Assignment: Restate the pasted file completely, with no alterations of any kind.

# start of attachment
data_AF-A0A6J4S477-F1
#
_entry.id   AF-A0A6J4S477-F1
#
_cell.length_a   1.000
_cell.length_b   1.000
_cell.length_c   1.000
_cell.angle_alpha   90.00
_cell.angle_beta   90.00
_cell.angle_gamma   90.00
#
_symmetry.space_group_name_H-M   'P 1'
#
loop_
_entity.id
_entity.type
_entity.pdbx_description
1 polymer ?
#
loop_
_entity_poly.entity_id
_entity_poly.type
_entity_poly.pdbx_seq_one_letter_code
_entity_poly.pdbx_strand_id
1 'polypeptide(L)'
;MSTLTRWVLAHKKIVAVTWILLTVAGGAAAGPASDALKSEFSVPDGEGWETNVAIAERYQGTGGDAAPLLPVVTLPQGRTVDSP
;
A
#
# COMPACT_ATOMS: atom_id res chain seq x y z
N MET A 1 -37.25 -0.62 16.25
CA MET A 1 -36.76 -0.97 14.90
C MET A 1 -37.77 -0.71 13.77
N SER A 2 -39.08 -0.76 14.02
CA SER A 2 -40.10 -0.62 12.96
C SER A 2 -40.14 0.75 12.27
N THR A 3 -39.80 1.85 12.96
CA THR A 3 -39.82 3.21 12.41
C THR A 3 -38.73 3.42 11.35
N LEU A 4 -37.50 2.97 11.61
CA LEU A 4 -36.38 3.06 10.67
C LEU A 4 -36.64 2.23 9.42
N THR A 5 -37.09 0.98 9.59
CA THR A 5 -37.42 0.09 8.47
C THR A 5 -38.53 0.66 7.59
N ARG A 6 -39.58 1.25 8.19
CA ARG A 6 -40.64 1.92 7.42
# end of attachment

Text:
data_AF-A0A6J4S477-F1
#
_entry.id   AF-A0A6J4S477-F1
#
_cell.length_a   1.000
_cell.length_b   1.000
_cell.length_c   1.000
_cell.angle_alpha   90.00
_cell.angle_beta   90.00
_cell.angle_gamma   90.00
#
_symmetry.space_group_name_H-M   'P 1'
#
loop_
_entity.id
_entity.type
_entity.pdbx_description
1 polymer ?
#
loop_
_entity_poly.entity_id
_entity_poly.type
_entity_poly.pdbx_seq_one_letter_code
_entity_poly.pdbx_strand_id
1 'polypeptide(L)'
;MSTLTRWVLAHKKIVAVTWILLTVAGGAAAGPASDALKSEFSVPDGEGWETNVAIAERYQGTGGDAAPLLPVVTLPQGRTVDSP
;
A
#
# COMPACT_ATOMS: atom_id res chain seq x y z
N MET A 1 -37.25 -0.62 16.25
CA MET A 1 -36.76 -0.97 14.90
C MET A 1 -37.77 -0.71 13.77
N SER A 2 -39.08 -0.76 14.02
CA SER A 2 -40.10 -0.62 12.96
C SER A 2 -40.14 0.75 12.27
N THR A 3 -39.80 1.85 12.96
CA THR A 3 -39.82 3.21 12.41
C THR A 3 -38.73 3.42 11.35
N LEU A 4 -37.50 2.97 11.61
CA LEU A 4 -36.38 3.06 10.67
C LEU A 4 -36.64 2.23 9.42
N THR A 5 -37.09 0.98 9.59
CA THR A 5 -37.42 0.09 8.47
C THR A 5 -38.53 0.66 7.59
N ARG A 6 -39.58 1.25 8.19
CA ARG A 6 -40.64 1.92 7.42